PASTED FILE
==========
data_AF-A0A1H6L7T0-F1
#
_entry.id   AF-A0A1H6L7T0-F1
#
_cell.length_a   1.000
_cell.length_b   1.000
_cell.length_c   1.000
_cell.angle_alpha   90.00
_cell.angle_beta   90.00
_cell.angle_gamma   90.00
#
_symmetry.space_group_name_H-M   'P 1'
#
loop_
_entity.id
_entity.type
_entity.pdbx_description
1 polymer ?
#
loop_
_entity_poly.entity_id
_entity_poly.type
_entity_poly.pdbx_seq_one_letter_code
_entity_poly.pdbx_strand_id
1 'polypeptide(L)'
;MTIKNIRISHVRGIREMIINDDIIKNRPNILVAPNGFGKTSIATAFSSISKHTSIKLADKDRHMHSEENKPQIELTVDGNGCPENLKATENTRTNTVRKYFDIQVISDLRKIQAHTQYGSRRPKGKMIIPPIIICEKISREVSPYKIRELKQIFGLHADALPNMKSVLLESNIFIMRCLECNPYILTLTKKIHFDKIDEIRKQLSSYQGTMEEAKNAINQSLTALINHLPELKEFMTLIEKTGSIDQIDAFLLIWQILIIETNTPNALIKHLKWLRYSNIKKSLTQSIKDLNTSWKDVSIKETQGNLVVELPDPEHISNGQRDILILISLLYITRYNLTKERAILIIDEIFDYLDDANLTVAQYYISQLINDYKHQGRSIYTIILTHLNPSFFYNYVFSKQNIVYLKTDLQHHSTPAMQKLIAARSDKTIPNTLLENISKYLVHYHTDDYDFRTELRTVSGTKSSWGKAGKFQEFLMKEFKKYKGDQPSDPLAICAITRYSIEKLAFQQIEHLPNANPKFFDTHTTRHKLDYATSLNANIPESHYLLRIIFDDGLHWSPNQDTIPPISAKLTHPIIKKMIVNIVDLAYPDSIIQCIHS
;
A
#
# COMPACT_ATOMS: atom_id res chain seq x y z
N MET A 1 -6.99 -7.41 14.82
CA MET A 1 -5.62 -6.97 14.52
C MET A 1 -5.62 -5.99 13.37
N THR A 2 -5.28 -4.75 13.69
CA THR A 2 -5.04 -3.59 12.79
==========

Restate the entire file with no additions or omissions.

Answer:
data_AF-A0A1H6L7T0-F1
#
_entry.id   AF-A0A1H6L7T0-F1
#
_cell.length_a   1.000
_cell.length_b   1.000
_cell.length_c   1.000
_cell.angle_alpha   90.00
_cell.angle_beta   90.00
_cell.angle_gamma   90.00
#
_symmetry.space_group_name_H-M   'P 1'
#
loop_
_entity.id
_entity.type
_entity.pdbx_description
1 polymer ?
#
loop_
_entity_poly.entity_id
_entity_poly.type
_entity_poly.pdbx_seq_one_letter_code
_entity_poly.pdbx_strand_id
1 'polypeptide(L)'
;MTIKNIRISHVRGIREMIINDDIIKNRPNILVAPNGFGKTSIATAFSSISKHTSIKLADKDRHMHSEENKPQIELTVDGNGCPENLKATENTRTNTVRKYFDIQVISDLRKIQAHTQYGSRRPKGKMIIPPIIICEKISREVSPYKIRELKQIFGLHADALPNMKSVLLESNIFIMRCLECNPYILTLTKKIHFDKIDEIRKQLSSYQGTMEEAKNAINQSLTALINHLPELKEFMTLIEKTGSIDQIDAFLLIWQILIIETNTPNALIKHLKWLRYSNIKKSLTQSIKDLNTSWKDVSIKETQGNLVVELPDPEHISNGQRDILILISLLYITRYNLTKERAILIIDEIFDYLDDANLTVAQYYISQLINDYKHQGRSIYTIILTHLNPSFFYNYVFSKQNIVYLKTDLQHHSTPAMQKLIAARSDKTIPNTLLENISKYLVHYHTDDYDFRTELRTVSGTKSSWGKAGKFQEFLMKEFKKYKGDQPSDPLAICAITRYSIEKLAFQQIEHLPNANPKFFDTHTTRHKLDYATSLNANIPESHYLLRIIFDDGLHWSPNQDTIPPISAKLTHPIIKKMIVNIVDLAYPDSIIQCIHS
;
A
#
# COMPACT_ATOMS: atom_id res chain seq x y z
N MET A 1 -6.99 -7.41 14.82
CA MET A 1 -5.62 -6.97 14.52
C MET A 1 -5.62 -5.99 13.37
N THR A 2 -5.28 -4.75 13.69
CA THR A 2 -5.04 -3.59 12.79